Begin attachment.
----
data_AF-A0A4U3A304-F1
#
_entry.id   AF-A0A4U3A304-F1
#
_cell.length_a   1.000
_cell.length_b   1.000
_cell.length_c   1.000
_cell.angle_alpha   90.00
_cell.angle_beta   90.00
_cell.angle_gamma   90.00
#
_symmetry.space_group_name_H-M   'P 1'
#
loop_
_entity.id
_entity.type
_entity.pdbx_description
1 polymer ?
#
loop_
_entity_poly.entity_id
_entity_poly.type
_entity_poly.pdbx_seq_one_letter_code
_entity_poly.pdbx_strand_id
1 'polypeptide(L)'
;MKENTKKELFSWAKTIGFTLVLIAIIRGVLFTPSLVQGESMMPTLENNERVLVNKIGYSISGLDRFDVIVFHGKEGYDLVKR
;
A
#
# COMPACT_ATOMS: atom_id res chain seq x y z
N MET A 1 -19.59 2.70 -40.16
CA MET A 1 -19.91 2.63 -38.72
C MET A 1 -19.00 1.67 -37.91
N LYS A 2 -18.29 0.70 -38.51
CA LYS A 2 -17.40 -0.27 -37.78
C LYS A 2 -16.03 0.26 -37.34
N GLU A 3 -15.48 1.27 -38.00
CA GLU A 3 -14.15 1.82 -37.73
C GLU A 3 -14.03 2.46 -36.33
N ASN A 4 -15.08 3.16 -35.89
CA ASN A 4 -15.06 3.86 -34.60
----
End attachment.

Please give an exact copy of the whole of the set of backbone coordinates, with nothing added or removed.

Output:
data_AF-A0A4U3A304-F1
#
_entry.id   AF-A0A4U3A304-F1
#
_cell.length_a   1.000
_cell.length_b   1.000
_cell.length_c   1.000
_cell.angle_alpha   90.00
_cell.angle_beta   90.00
_cell.angle_gamma   90.00
#
_symmetry.space_group_name_H-M   'P 1'
#
loop_
_entity.id
_entity.type
_entity.pdbx_description
1 polymer ?
#
loop_
_entity_poly.entity_id
_entity_poly.type
_entity_poly.pdbx_seq_one_letter_code
_entity_poly.pdbx_strand_id
1 'polypeptide(L)'
;MKENTKKELFSWAKTIGFTLVLIAIIRGVLFTPSLVQGESMMPTLENNERVLVNKIGYSISGLDRFDVIVFHGKEGYDLVKR
;
A
#
# COMPACT_ATOMS: atom_id res chain seq x y z
N MET A 1 -19.59 2.70 -40.16
CA MET A 1 -19.91 2.63 -38.72
C MET A 1 -19.00 1.67 -37.91
N LYS A 2 -18.29 0.70 -38.51
CA LYS A 2 -17.40 -0.27 -37.78
C LYS A 2 -16.03 0.26 -37.34
N GLU A 3 -15.48 1.27 -38.00
CA GLU A 3 -14.15 1.82 -37.73
C GLU A 3 -14.03 2.46 -36.33
N ASN A 4 -15.08 3.16 -35.89
CA ASN A 4 -15.06 3.86 -34.60